By Brandon Steinert
Father and daughter celebrate associate degree completion at Barton Community College at Fort Riley; daughter participates in college commencement before high school graduation
Dawayne Krepel, 42, and his daughter Kathryn, 18, both accepted their associate degrees from Barton Community College at the Fort Riley Education Services commencement ceremony Thursday afternoon in Manhattan.
The duo represents the broad spectrum of modern community college students, as Dawayne, a military veteran, returned to college after his second retirement, and Kathryn received her first college degree two days before her high school graduation.
The idea to begin a college journey together was Dawayne’s brainchild as a way to encourage his daughter to start her college education early, finishing two years of college before most even get started.
“I told her, ‘hey, if you go to college, I'll go back to college,” Dawayne said. “So we made a pact about three years ago that we would do our college together then graduate at the same time. And so that's what led us to Barton.”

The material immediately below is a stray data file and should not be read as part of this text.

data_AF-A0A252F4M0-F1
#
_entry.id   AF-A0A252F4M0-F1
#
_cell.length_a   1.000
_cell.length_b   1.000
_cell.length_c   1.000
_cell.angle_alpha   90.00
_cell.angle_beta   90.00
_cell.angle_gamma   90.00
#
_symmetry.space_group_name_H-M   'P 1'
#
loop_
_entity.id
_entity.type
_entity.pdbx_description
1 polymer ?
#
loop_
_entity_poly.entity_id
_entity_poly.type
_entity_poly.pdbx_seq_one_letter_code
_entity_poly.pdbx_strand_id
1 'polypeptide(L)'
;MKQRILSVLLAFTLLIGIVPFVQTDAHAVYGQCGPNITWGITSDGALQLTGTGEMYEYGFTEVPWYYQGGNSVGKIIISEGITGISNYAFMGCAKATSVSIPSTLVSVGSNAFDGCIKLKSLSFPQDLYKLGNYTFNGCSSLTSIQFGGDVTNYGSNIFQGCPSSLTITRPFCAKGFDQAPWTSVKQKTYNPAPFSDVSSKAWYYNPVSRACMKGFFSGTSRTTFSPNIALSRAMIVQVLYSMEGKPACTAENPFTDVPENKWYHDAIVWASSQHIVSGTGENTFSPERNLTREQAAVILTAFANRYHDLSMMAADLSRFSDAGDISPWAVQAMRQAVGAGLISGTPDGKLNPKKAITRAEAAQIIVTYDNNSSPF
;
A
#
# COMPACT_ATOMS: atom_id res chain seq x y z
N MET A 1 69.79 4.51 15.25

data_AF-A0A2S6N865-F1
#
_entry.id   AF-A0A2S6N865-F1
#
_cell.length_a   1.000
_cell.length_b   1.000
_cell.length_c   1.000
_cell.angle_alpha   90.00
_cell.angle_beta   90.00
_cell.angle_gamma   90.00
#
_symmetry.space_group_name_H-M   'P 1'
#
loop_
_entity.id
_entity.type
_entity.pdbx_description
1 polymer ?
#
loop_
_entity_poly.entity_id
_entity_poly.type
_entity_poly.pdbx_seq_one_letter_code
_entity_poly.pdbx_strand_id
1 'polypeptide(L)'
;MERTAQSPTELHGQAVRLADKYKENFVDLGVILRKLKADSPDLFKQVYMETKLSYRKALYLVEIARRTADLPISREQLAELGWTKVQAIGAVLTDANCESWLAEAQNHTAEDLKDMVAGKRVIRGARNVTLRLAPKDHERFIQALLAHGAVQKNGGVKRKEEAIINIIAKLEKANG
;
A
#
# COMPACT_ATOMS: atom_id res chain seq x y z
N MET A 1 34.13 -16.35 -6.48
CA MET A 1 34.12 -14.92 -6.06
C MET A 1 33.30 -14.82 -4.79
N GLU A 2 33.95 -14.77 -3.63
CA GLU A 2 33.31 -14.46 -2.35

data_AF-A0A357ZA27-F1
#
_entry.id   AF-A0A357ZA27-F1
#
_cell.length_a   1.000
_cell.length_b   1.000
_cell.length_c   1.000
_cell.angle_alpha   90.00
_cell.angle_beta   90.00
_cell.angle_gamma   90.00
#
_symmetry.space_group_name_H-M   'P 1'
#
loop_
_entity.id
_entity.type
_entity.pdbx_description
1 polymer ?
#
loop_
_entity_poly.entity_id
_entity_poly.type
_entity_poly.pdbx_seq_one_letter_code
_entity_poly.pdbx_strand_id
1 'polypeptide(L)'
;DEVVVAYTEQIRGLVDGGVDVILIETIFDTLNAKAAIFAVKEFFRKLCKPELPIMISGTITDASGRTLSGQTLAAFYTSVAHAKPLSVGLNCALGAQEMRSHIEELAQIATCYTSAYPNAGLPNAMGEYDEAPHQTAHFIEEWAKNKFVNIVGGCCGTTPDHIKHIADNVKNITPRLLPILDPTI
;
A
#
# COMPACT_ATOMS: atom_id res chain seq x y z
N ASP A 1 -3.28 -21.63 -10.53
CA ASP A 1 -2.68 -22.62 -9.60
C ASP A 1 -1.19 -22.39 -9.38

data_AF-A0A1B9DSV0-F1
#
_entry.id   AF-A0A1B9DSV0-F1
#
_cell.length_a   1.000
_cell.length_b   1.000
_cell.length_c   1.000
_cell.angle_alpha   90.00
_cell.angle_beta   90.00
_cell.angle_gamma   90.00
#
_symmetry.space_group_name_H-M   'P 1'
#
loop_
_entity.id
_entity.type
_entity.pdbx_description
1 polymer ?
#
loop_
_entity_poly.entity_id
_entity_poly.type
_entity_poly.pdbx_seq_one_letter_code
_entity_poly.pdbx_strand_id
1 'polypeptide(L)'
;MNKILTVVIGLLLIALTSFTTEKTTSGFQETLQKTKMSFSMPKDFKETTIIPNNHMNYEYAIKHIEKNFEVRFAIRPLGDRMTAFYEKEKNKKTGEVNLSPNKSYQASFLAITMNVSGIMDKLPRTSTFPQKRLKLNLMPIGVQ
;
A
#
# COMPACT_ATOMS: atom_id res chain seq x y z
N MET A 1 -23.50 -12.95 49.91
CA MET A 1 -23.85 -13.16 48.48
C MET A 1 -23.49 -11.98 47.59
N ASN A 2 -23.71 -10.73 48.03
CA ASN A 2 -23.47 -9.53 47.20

Kathryn was able to take the classes as dual credit, which means the curriculum counts toward her high school graduation requirements in addition to college credit. She was able to cover a lot of ground quickly because the courses only last about seven weeks. Further, the classes were covered by a scholarship offered to military service members and their families and dependents.
She said her next step is to pursue a bachelor’s, master’s, and doctorate in business.
Dawayne also intends to earn a bachelor’s degree in business and open a virtual reality golf business where golfers can continue to practice through the winter months.
Kathryn said she appreciates her dad’s nudge to get her started, and enjoyed helping him out with math.
“He’s pretty cool,” she said. “I know not many people have the will to go back to college.”
They said the best thing about Barton was the people. During their college pursuits, the youngest Krepel was diagnosed with stage four cancer. The patience, flexibility and understanding of the Barton faculty and staff, they said, made all the difference.
“They worked with us,” Dawayne said. “Barton is a great place to excel either as a soldier or for your kids. I’m definitely pushing Barton because of the respect and concern they showed.”
The Krepels were two of more than 50 students who chose to walk as part of the larger celebration Thursday afternoon. More than 70 students completed associate in arts, associate in science, associate in general studies and associate in applied science degrees at the Fort Riley campus in 2021-22.